Guest Post by Marc Adler: Autumn Smiles

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This post was very generously provided by Marc Adler, a fantastic flutist and pedagogue out of PA. The above track is off the album Autumn Smiles played by Marc Adler, flute; Jim Ridl, piano; Darryl Hall, bass; Butch Reed, drums; and John Swana, trumpet. Marc sent along a “brief” analysis of the tune (below) which may not look brief on first glance, but compared to the subtlety of the recording it’s just the tip of the iceberg. And since we’re already getting the inside scoop on the music theory behind this tune–the skeleton of the music–I took the opportunity to ask Marc about the soft/squishy side of the music. Here’s what he had to say about the context of the album, and this tune in particular:

The tune was written to celebrate all of the beautiful things that have occurred for one reason or another in the Autumn: meeting my lovely wife, Marlene, getting married, our birthdays. It’s a beautiful time of the year…hence, Autumn Smiles. The album was made possible through a jazz fellowship from the Pennsylvania Council on the Arts. The musicians were a pleasure to work with and we covered a fair amount of musical ground. Also on the album are tunes dedicated to various significant people in my life – a tune dedicated to my daughter, Simone (Simone);  a tune dedicated to the time I lived with my grandparents (Mother’s Parents) on “F” Street in Philadelphia (F Street), and a tune dedicated to the late, great Joe Farrell (Ode to Joe Farrell). I am inspired by many varied forms and styles of music, composers and performers. Sincerity is the main factor – you can hear it in the music.


Marc’s analysis is as follows:

Autumn Smiles Flute Solo Brief Analysis

This is a fully transcribed solo as performed by Marc Adler on his composition Autumn Smiles as featured on his CD Flute Improvisations. Altered chords and chromaticism are used throughout the solo so that the chord changes and notes below do not always, at least at first, appear to match.

Formal and Harmonic Structure

The form is basically A B A with a long developmental B section. The tonal center is Bb major for the A sections with the B section modulating to the following tonal centers: Db major (13 – 14), G minor (18 – 19) and Ab major (22 – 25) before returning to Bb major (28). The solo consists of two complete choruses of the tune (70 measures).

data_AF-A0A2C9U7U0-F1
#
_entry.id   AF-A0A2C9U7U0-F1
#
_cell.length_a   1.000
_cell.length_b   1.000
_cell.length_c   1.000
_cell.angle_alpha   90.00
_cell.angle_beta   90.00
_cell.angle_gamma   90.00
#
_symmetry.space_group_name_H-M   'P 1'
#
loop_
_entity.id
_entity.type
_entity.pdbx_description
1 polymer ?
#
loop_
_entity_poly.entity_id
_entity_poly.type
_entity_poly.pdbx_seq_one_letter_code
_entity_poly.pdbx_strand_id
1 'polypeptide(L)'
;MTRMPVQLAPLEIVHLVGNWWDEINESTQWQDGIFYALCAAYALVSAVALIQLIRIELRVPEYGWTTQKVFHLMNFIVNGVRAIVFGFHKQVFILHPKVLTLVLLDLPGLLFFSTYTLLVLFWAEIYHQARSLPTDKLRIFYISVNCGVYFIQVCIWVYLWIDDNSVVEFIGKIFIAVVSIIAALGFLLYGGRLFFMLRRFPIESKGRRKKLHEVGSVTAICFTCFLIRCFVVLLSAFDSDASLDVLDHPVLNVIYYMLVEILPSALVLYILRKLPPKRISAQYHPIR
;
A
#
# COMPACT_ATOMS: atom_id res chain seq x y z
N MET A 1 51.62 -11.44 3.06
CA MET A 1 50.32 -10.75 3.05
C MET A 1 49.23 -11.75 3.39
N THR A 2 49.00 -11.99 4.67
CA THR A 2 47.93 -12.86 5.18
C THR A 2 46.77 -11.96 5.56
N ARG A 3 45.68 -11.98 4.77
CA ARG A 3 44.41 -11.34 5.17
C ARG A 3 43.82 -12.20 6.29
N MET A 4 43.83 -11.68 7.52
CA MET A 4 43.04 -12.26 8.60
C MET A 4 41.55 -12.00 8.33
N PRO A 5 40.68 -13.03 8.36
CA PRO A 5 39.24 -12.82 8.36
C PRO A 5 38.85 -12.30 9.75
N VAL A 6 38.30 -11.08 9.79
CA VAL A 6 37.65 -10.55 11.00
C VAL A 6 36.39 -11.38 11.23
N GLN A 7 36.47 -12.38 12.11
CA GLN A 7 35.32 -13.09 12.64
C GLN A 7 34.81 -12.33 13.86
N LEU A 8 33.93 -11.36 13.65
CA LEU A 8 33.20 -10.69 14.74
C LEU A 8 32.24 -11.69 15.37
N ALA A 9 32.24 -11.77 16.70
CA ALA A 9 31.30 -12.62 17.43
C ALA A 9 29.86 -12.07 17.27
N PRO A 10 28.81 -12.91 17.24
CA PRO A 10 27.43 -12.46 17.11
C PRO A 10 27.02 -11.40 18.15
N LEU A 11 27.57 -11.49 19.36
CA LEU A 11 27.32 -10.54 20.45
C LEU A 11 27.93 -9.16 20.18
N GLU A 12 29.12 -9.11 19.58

The harmonic structure of the tune is as follows:

  • A section: Bb: I | V7/vi | IV #IV | bVI bVII7 | repeat previous 4 measures ||
  • B section: Bb: I | V7/vi | vi | Db: bVII7 | bVII7 | I | bVII | g: ii (TT) | V7 | i | i | Ab: ii (TT) | V7 (TT) | I (PC) | I | I | I | Bb: ii (TT) | V7 ||
  • A section: Bb: I | V7/vi | vi | V7/V | V7 | V7 | V7 | V7 ||

Abbreviations Key

  • TT = Tritone Substitution: interchangeable chords a tritone apart (six semitones i.e.: e minor for Bb minor, etc.)
  • PC = Polychords: triads superimposed over a pedal point i.e.: E/Ab, Bb/Ab, etc.

Melodic Structure

Scales used in solo:

  • Diminished–Measures: 4 (Ab 13); 12-13 (B7#9); 20-21 (Emin7b5 – A7b9); 34 (D/F); 41 (D7#9); 45 (D7#9); 47-48 (B7#9); 52 (D/F#); 53-54 (Gmin); 55-56 (Emin7b5 – A7b9); 61-62 (Gb13 – F7#5); 69 (D/F).
  • Pentatonic–Measures: 1 (Bbmaj2); 14 (Dbmaj7#11); 14 (Bmaj7#11); 50 (Bmaj7#11).
  • Jazz Patterns–Measures: 1 (Bbmaj2); 19 (Gmin/F); 31 (C7); 34 (D/F); 56 (A7b9); 60 (Ebmaj7#11/Ab); 71 (Bbmaj2).
  • Triads and Sevenths Chords used melodically–Measure: 32-33 (Eb/F) C minor 7th chord; 44 (Bbmaj2) C major triad; 45 (D7#9) F major triad.

Melodic Contour of solo: each descending statement is usually followed by an opposing ascending statement. For examples see measures 19 -20 and 22-24. Also 24-27 followed by 28-29, 47-49 followed by 50-53, and finally 66-68 followed by 68-70.



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